Have $3,600 a month to spend on rent? From a studio apartment to a three-bedroom house (with plenty in between) here is a sampling of what's available to rent across four NYC boroughs--Manhattan, Brooklyn, Queens and Staten Island.
As a New Jersey kid growing up within spitting distance of New York City, David longed to make a permanent move across the Hudson. He got into the city's club scene as a teenager in the 1980s, "working the door at Limelight and doing various other promotions directly with Peter Gatien," he says.
It wasn't until 1990, however, at the tender age of 18, that he finally secured a place--a two-bedroom on East 9th St. between Avenues B and C for about $900 a month, which he found paging through the Village Voice.
If you’re as starved for outdoor space as most New Yorkers are, the idea of living in a building with a peach- and apricot-tree-lined communal garden may sound divine. But will moving into this $2,700/month SoHo studio—which also has a decorative fireplace AND a walk-in closet—will you be starved for indoor space? Our trio of renters—including RentHackr founder Zeb Dropkin, freelance writer Lambeth Hochwald, and BrickUnderground’s own senior contributing editor, Lucy Cohen Blatter—weigh in for this week’s Take It or Leave It.
Size: studio, 1 bathroom Location: 143 Sullivan St. between Prince and W. Houston Sts. in SoHo Cost & concessions:$2,700/month Flexible Layout:No Days on the market: 19 days Subway: C, E at Spring St.; 1 at Houston St.; N, R at Prince St.; B, D, F, M at Broadway-Lafayette St.; 6 at Bleecker St.; A, C, E, B, D, F, M at W. 4th St.
WHO: Media mogul and author Arianna Huffington suggests more shut-eye leads to success at work. “Sleep your way to the top,” she advised recently. “Four hours is not enough.” So sleeping all day on the job leads to a promotion? We’re in.
Contracting firm Hammer & Hand reclaimed a dumbwaiter space and made it into a wine cabinet. This particular project did not involve getting rid of the shaft--the original door and opening made a perfect wine cubby for the owners.
Brooklyn-based contractor Rick Ladd maximized the storage opportunities in his own brownstone by building closets - all DIY - into the dumbwaiter shaft in his kitchen and an apartment on the second floor. “Dumbwaiters in brownstones often run three or four floors and sometimes the basement too," he says. "Most often they have a large pulley at the roof line and a track that keeps the elevator box in place."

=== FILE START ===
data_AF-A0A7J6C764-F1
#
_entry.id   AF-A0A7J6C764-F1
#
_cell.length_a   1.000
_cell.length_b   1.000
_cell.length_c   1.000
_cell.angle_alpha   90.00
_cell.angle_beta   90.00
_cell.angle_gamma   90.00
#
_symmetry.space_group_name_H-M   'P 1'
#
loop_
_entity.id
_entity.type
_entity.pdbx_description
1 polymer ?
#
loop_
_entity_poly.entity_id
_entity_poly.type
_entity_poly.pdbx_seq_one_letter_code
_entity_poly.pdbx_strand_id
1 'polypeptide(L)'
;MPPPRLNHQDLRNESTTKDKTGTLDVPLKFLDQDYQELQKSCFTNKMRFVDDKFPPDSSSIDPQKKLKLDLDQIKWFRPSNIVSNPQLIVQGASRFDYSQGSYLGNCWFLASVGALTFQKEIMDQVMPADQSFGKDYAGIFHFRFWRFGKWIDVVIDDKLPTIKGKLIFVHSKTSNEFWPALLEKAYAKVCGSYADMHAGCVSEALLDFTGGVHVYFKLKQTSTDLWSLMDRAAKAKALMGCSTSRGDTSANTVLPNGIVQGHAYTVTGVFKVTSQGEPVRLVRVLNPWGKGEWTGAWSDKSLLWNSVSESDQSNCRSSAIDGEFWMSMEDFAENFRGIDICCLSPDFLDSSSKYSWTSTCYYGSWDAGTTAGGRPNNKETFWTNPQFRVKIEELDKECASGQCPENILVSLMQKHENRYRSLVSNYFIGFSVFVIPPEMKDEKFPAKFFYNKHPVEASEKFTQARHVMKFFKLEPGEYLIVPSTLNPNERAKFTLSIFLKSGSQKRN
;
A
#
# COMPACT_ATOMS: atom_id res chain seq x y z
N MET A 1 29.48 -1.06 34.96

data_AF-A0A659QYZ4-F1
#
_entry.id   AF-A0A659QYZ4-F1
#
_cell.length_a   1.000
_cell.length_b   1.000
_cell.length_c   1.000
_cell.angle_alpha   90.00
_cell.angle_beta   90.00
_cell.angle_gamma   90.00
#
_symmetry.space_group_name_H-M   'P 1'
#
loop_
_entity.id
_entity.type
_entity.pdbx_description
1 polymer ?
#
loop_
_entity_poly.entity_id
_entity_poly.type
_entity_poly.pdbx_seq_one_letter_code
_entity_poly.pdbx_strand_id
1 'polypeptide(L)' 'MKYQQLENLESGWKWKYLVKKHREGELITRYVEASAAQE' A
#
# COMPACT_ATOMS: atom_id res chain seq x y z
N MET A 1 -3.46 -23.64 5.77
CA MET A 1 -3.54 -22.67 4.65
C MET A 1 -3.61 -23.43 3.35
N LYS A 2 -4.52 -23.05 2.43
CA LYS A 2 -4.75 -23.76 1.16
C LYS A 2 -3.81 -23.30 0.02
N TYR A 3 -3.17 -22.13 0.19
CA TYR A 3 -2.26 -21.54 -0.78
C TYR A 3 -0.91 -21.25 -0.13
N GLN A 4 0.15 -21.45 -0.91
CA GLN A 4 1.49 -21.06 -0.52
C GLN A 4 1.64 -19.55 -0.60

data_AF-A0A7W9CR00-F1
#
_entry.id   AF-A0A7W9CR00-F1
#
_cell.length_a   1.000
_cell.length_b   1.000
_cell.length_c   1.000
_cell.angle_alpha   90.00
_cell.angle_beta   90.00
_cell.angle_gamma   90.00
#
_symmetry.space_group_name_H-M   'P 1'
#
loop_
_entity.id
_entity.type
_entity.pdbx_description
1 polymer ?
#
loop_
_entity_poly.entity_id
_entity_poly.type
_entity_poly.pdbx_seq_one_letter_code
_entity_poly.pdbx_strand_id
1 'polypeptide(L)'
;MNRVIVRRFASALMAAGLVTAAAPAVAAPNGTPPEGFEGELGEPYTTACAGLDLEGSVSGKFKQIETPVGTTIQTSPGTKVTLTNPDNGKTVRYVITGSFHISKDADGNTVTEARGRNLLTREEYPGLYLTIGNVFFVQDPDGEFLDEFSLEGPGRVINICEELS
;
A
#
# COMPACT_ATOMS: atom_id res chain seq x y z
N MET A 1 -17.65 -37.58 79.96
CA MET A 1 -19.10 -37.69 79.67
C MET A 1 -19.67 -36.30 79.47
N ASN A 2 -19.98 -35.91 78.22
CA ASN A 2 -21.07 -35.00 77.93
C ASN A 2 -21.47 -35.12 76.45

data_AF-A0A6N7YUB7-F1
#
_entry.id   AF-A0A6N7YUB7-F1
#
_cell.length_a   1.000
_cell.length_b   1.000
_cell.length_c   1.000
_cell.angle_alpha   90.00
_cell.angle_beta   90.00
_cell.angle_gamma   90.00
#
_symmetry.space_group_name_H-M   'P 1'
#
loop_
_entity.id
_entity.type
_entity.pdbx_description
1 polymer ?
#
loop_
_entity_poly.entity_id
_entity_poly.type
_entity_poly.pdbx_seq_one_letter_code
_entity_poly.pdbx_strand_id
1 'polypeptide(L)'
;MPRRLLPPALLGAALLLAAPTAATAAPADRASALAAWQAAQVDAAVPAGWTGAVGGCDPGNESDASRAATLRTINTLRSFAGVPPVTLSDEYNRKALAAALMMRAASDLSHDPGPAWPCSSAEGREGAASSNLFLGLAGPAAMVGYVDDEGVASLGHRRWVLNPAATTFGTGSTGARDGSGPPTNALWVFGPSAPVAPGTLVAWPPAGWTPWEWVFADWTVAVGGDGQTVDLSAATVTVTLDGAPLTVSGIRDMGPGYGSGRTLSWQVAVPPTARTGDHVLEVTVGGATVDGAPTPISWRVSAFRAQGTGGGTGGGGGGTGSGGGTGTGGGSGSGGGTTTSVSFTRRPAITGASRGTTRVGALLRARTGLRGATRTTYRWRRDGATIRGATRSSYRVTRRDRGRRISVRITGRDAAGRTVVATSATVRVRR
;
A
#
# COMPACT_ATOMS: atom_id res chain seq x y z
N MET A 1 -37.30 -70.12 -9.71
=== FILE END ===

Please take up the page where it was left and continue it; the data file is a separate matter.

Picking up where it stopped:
The inside of the closet Ladd fashioned out of his dumbwaiter. The doors are original!
The dumbwaiter opening in Ladd's kitchen is now a floor-to-ceiling pantry. The shaft is technically intact, with the top and bottom sealed off, and the walls Sheetrocked.
Here, the shaft has also been left intact, with the opening and cavity framed out like the interior of a box. It's been outfitted with simple shelving and a wine storage rack.
High ceilings, crown molding, graceful layouts and generous proportions are among the well-known elements of New York City pre-war apartments. But there's another, quirkier feature that's a sign of a bygone era: the dumbwaiter.
Dumbwaiters are small elevators found in large houses and buildings. They were used by servants and vendors to transport items like food, groceries and laundry from floor to floor, and usually they opened directly into the apartment.
Want to beat the springtime rush and find yourself an apartment right now? Naked Apartments is a straightforward way to find no-fee and low-fee places (with broker's fees from 0% to 9% versus the usual 12% to 15%). See some of their selection spotlighted here in our Low-Fee Rental Roundup or go to Naked Apartments and filter by “no fee” or “low-fee” to view more.
Positive you’ve found your next apartment and need to see it right now? Naked Apartments can have an agent there to meet you at once through its nifty Showings on Demand feature.
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